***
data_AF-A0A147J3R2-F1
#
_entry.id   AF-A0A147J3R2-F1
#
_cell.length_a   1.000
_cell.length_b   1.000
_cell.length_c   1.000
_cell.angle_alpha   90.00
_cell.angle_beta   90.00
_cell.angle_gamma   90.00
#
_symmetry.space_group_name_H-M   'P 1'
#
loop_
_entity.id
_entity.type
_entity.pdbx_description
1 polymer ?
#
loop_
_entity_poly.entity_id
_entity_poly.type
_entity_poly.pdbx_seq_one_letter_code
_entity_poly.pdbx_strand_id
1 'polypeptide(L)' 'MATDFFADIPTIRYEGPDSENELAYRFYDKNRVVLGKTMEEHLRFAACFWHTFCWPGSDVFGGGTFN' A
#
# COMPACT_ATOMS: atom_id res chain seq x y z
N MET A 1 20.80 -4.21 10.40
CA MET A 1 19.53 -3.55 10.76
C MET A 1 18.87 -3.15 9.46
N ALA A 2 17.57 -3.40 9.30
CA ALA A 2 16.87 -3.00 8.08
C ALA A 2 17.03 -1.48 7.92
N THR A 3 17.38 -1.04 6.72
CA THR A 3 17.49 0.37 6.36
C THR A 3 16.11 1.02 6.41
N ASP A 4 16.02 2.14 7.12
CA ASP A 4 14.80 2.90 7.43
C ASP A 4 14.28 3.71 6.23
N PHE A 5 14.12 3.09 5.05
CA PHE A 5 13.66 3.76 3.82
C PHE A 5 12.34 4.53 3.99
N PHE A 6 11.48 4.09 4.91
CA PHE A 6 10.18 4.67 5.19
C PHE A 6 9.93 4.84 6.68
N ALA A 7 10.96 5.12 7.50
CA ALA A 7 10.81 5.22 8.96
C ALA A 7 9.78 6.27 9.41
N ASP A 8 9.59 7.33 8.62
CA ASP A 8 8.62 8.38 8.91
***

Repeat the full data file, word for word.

data_AF-A0A147J3R2-F1
#
_entry.id   AF-A0A147J3R2-F1
#
_cell.length_a   1.000
_cell.length_b   1.000
_cell.length_c   1.000
_cell.angle_alpha   90.00
_cell.angle_beta   90.00
_cell.angle_gamma   90.00
#
_symmetry.space_group_name_H-M   'P 1'
#
loop_
_entity.id
_entity.type
_entity.pdbx_description
1 polymer ?
#
loop_
_entity_poly.entity_id
_entity_poly.type
_entity_poly.pdbx_seq_one_letter_code
_entity_poly.pdbx_strand_id
1 'polypeptide(L)' 'MATDFFADIPTIRYEGPDSENELAYRFYDKNRVVLGKTMEEHLRFAACFWHTFCWPGSDVFGGGTFN' A
#
# COMPACT_ATOMS: atom_id res chain seq x y z
N MET A 1 20.80 -4.21 10.40
CA MET A 1 19.53 -3.55 10.76
C MET A 1 18.87 -3.15 9.46
N ALA A 2 17.57 -3.40 9.30
CA ALA A 2 16.87 -3.00 8.08
C ALA A 2 17.03 -1.48 7.92
N THR A 3 17.38 -1.04 6.72
CA THR A 3 17.49 0.37 6.36
C THR A 3 16.11 1.02 6.41
N ASP A 4 16.02 2.14 7.12
CA ASP A 4 14.80 2.90 7.43
C ASP A 4 14.28 3.71 6.23
N PHE A 5 14.12 3.09 5.05
CA PHE A 5 13.66 3.76 3.82
C PHE A 5 12.34 4.53 3.99
N PHE A 6 11.48 4.09 4.91
CA PHE A 6 10.18 4.67 5.19
C PHE A 6 9.93 4.84 6.68
N ALA A 7 10.96 5.12 7.50
CA ALA A 7 10.81 5.22 8.96
C ALA A 7 9.78 6.27 9.41
N ASP A 8 9.59 7.33 8.62
CA ASP A 8 8.62 8.38 8.91